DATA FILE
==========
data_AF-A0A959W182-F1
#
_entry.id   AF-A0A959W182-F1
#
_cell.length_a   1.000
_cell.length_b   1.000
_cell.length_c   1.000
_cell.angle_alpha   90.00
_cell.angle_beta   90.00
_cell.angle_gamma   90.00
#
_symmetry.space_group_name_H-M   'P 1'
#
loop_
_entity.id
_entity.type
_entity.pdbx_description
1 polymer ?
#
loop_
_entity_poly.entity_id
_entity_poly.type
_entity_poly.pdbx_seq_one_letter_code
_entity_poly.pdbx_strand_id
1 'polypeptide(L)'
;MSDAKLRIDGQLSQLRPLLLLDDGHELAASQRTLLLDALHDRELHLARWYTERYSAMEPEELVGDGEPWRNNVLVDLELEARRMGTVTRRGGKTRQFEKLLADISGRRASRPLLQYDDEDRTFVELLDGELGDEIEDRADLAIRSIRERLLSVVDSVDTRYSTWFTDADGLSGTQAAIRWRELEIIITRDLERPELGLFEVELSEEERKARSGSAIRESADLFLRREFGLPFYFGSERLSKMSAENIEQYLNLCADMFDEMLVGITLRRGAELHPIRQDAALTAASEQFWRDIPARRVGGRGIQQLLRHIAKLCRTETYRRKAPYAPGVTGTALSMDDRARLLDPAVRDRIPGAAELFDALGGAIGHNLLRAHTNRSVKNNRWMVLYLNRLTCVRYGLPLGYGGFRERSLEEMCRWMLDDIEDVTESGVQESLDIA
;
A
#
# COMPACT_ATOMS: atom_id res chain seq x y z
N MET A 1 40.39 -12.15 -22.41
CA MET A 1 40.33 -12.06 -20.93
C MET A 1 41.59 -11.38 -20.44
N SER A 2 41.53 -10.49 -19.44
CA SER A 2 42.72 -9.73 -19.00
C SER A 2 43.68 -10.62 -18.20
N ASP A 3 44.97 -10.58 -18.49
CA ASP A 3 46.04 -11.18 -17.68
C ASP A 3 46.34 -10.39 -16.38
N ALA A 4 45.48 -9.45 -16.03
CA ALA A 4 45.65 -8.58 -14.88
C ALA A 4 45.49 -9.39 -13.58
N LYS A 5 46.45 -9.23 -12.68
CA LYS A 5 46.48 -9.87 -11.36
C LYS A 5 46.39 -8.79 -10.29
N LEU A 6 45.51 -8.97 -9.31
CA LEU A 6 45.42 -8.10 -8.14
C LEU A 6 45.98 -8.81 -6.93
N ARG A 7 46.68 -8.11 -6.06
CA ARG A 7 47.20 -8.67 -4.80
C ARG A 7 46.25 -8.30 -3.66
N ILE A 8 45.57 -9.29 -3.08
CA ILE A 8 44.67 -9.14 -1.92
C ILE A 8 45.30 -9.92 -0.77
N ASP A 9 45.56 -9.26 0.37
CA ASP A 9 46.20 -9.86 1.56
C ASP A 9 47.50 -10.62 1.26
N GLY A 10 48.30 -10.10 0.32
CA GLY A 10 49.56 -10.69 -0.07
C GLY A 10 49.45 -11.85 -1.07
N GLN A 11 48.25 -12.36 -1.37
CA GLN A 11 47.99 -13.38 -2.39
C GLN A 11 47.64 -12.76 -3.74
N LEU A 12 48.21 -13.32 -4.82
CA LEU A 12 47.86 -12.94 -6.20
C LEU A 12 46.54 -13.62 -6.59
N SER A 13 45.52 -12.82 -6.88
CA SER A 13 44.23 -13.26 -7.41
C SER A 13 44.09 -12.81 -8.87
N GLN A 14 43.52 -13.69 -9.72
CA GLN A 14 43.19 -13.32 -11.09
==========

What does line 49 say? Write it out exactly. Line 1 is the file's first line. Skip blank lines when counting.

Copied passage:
N ARG A 7 46.68 -8.11 -6.06